There was this student blog I saw the other day—”Run by students, for students.” Some such. High schoolers, looked like. Maybe a class project. It’s last entry was a send off before the big weekend, saying “hey” to a couple of named people and wishing everyone “fun during all the barbecues.”
This morning on the news, the business reporter was reporting on the mercantile hopes for the holiday. “Tends to be a big weekend for summer clothes, appliances…. There are signs that it could rebound the slower past month.”
I suppose its the cycle of things—that holidays lose meaning. I mean really, when was the last holiday anybody actually thought about? Not that I’m bemoaning some larger degradation or social slip-up, just saying.
Martin Luther King’s birthday? Slow day for civil rights. All I know is I have a day off. Woohoo! Same for this one, I suppose. Same for Christmas, on and on.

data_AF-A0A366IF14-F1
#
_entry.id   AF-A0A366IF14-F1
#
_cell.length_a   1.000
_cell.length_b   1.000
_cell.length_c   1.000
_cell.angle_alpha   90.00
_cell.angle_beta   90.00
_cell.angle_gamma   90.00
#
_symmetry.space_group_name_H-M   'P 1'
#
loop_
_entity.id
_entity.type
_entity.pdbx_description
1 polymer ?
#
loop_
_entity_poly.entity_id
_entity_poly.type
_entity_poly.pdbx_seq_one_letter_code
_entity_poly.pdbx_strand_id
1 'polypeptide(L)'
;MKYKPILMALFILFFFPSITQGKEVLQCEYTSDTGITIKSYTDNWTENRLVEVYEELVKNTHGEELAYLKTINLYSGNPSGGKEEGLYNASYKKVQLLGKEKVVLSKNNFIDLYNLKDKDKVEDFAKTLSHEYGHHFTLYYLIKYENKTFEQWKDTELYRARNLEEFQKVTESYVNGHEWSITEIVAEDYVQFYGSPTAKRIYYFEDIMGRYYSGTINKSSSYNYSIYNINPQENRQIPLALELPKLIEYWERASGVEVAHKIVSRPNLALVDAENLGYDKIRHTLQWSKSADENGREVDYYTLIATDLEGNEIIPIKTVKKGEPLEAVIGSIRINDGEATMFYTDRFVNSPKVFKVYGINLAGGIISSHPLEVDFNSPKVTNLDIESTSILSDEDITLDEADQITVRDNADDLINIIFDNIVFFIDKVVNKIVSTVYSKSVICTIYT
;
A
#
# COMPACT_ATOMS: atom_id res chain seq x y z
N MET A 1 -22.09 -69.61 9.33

Do you wonder what families who have lost loved ones to war think on days like today? I’d like to hope they’re surrounded by friends sensitive to the situation. Maybe there is a small service or moment of silence at the picnics. Or maybe it’s Irish style and the party doesn’t ease up at all. The family, sans loved one, goes round and round, the laughter blending perfectly with what has become the social celebration of summer’s liberation.
I’m sure there are some embittered too—angry at the slip-n-slides or the bulk sales mailings. I wonder what they think when they watch the kids playing out back, or when they hear someone glibly comment how Memorial Day was “finally” here and how summer can “finally” start. Like there was this big downer that everyone dreads about May’s end that keeps fun from flourishing.
To the mothers, fathers, sons, daughters and others touched by the severe grip of war, my heart finds little rest today. It’s hard to live happy when others are hurting. You’re in my thoughts.